UNCF Marks 70 Years of Bringing Students To and Through College

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Organization has raised $4 billion for students' educational pursuits; UNCF alumni include renowned teachers, doctors, scientists, and community leaders.

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They are our children. Their education is our responsibility, a responsibility we accept as part of our work for UNCF. The money we raise, the volunteers we rally, the messaging we communicate are all for them, our students.

Today, UNCF (the United Negro College Fund), the nation’s largest and most effective minority education organization, celebrates the organization’s 70th anniversary.

“Birthdays are a time to celebrate, and as the current stewards of UNCF’s mission and brand, there is much to celebrate,” said Michael L. Lomax, Ph.D., president and CEO, UNCF. “But there is much more work ahead of us than there is behind us. Students attend the historically black colleges and universities (HBCUs) we support—but many, many more cannot, and they need and deserve an education as much as those who can now afford to attend. We award 12,000 scholarships a year—but for every scholarship we award, there are ten qualified applicants we cannot help.”

UNCF was founded on April 25, 1944 by Frederick Patterson, President of the Tuskegee Institute, and Mary McLeod Bethune, an advisor to the Franklin Roosevelt Administration, to provide a steady, consistent stream of funding to financially struggling small HBCUs scattered across the south. It also hoped to support access to higher education for impoverished African American students by "an appeal to the national conscience.”

Today, UNCF supports students’ education and development through scholarships and other programs, strengthens its 37 member colleges and universities, and advocates for the importance of minority education and college readiness. UNCF institutions and other historically black colleges and universities are highly effective, awarding 20 percent of African American baccalaureate degrees. UNCF administers more than 400 programs, including scholarship, internship and fellowship, mentoring, summer enrichment, and curriculum and faculty development programs. UNCF supports more than 60,000 students at over 900 colleges and universities.

When UNCF’s iconic motto, “A mind is a terrible thing to waste”®, debuted more than 40 years ago, the idea that African Americans should go to college was not widely accepted. Today, the UNCF motto is almost universally known and almost every college has black students. The latest iteration of UNCF’s PSAs frame support for minority education as investment in better futures for students and expands the iconic motto to, “A mind is a terrible thing to waste, but a wonderful thing to invest in.”

Hundreds of thousands of Americans have invested $4 billion in better futures for students and the country. 400,000 students have earned degrees at UNCF member HBCUs and with UNCF scholarships—people like Dr. Martin Luther King Jr., congressman and civil rights pioneer John Lewis, former Surgeon General Regina Benjamin, former Brown University president Ruth Simmons (the first African American president of an Ivy League university), and countless teachers, doctors, scientists, and leaders who have touched lives and changed our country for the better.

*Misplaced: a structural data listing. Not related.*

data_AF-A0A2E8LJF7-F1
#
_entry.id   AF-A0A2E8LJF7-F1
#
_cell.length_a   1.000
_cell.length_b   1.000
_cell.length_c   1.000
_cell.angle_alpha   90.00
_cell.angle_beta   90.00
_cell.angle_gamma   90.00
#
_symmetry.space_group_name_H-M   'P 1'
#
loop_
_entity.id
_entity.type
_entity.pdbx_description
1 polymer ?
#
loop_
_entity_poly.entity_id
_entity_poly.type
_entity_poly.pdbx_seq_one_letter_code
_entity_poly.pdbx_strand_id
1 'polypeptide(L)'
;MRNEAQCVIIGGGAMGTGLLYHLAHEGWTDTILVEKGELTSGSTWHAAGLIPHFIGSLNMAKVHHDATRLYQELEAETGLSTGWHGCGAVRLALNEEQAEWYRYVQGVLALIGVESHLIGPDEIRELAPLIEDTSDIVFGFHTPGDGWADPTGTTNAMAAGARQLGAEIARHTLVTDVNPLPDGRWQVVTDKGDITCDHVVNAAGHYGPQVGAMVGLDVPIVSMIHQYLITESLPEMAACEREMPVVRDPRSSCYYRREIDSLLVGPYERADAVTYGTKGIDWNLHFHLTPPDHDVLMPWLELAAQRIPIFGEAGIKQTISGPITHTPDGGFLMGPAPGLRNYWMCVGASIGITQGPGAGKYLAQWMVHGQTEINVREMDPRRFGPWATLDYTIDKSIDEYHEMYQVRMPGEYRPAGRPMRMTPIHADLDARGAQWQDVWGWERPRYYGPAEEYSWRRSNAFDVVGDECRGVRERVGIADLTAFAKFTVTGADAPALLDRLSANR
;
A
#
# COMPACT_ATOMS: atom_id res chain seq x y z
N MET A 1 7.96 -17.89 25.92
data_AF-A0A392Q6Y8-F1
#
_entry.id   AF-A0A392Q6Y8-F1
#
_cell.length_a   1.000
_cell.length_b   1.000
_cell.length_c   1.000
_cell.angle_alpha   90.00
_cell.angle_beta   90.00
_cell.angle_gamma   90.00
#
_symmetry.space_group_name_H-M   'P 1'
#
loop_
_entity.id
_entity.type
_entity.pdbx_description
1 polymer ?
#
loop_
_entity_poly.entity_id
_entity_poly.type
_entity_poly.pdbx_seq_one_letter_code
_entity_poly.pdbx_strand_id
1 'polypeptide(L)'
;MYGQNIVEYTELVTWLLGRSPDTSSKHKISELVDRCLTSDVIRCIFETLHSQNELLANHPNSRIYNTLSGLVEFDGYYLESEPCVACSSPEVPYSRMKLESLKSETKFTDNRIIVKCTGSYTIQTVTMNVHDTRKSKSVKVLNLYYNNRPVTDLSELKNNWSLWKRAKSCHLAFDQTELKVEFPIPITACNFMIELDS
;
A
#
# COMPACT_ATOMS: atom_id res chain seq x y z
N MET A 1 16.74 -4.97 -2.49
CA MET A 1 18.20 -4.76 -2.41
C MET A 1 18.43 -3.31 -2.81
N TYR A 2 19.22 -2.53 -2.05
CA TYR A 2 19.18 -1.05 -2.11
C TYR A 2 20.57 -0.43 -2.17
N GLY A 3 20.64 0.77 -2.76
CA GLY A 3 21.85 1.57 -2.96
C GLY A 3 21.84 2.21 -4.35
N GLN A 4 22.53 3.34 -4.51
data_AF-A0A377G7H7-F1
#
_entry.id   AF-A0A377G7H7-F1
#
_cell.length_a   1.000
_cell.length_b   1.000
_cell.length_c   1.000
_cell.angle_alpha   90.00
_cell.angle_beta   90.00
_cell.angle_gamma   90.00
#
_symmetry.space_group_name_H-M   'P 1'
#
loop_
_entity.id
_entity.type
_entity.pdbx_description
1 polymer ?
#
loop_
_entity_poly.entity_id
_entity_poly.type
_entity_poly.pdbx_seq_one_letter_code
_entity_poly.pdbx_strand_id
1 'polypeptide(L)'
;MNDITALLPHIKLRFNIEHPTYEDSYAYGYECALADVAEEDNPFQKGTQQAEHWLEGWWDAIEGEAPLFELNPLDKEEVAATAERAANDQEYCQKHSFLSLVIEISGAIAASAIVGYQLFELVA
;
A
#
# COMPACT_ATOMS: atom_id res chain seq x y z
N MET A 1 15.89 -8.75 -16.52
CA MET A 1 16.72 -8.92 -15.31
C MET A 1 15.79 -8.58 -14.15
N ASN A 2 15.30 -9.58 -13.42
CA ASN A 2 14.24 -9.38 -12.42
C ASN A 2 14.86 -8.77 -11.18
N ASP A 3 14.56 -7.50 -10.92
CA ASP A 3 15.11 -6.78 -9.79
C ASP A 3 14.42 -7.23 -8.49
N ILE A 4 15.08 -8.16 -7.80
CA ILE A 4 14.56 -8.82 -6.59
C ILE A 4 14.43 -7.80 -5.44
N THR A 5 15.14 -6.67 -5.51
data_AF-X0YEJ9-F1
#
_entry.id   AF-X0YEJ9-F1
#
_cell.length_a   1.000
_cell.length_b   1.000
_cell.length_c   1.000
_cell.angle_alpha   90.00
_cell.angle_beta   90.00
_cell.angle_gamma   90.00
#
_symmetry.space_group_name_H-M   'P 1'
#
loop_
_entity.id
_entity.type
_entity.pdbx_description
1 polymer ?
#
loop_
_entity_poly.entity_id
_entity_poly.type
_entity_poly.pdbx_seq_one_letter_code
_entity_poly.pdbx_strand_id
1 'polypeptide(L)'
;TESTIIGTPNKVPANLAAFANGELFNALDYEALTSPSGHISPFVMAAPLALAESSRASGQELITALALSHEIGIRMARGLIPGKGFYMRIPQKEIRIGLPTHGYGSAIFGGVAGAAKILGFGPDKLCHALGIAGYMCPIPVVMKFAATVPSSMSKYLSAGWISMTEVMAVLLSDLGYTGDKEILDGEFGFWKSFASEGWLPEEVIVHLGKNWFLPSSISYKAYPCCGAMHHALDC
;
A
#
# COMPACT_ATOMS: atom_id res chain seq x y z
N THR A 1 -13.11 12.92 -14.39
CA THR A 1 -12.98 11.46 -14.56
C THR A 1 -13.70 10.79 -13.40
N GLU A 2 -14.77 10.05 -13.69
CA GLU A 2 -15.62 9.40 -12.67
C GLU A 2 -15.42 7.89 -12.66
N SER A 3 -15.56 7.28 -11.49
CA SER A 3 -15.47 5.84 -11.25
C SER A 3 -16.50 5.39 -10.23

UNCF Member Institutions educate 60,000 students each year at tuitions averaging 30 percent less than those charged by comparable institutions. Findings from UNCF’s Frederick D. Patterson Research Institute shows that HBCUs out-perform many larger and better-funded schools at graduating low-income students—the students the country most needs to have college degrees. UNCF Scholarship Programs increase the likelihood that students will graduate. African American recipients of UNCF scholarships have a 70 percent six-year graduation rate, 10 percentage points higher than the national average, and 30 percent higher than the average for all African Americans. A $5,000 UNCF scholarship increases by seven percent the likelihood that its recipient will graduate from college. In fact, the low-income minority recipients of Gates Millennium Scholarships, a partnership with the Bill & Melinda Gates Foundation, have average graduation rates of 90 percent.

UNCF plays a critical role in enabling students each year to attend college and get the education they need and that the nation needs them to have. This is done by advocating nationally for the importance of education and college readiness through its annual television program, a national public service announcement campaign, in national media; and advocating locally at events across the country such as Governor’s and Mayor’s luncheons, Walk for Education events and Mayor’s Masked Balls. Additionally, UNCF’s Patterson Institute issues studies that improve understanding of the issues that face minority education and points the way to solutions. UNCF’s Institute for Capacity Building, a unique institutional improvement initiative, helps member colleges and universities become stronger and more self-sustaining in areas that can make the difference between success and struggle, such as curriculum and faculty enhancement, student recruitment and retention and fundraising.

“I am proud of the work we have done together. I know we can discharge our responsibility as fully as those who founded UNCF 70 years ago, and as fully as those who have come before us as stewards of UNCF’s mission, the giants on whose shoulders we stand,” Lomax said. “They are our children. Their education is our responsibility, a responsibility we accept as part of our work for UNCF. The money we raise, the volunteers we rally, the messaging we communicate are all for them, our students.”

Learn more at http://www.UNCF.org.

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